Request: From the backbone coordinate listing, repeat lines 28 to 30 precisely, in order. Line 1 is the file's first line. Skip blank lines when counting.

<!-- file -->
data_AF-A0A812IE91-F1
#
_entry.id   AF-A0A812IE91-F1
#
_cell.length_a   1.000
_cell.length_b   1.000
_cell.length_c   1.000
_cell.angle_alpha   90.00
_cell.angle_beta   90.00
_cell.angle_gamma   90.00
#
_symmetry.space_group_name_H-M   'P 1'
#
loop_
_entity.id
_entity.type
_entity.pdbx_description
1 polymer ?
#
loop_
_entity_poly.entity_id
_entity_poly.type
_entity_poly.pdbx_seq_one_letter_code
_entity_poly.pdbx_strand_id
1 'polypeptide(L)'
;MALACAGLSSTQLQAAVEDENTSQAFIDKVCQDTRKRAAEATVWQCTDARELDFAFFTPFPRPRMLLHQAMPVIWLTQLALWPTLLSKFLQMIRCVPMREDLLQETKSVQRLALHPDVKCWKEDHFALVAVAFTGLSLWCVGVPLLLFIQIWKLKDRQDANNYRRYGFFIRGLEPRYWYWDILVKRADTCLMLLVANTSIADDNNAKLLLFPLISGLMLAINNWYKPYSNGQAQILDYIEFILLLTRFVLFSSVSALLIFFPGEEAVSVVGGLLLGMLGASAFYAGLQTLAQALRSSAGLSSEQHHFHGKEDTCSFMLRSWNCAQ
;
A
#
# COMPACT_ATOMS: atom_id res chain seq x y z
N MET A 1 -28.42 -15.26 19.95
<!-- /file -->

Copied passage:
A
#
# COMPACT_ATOMS: atom_id res chain seq x y z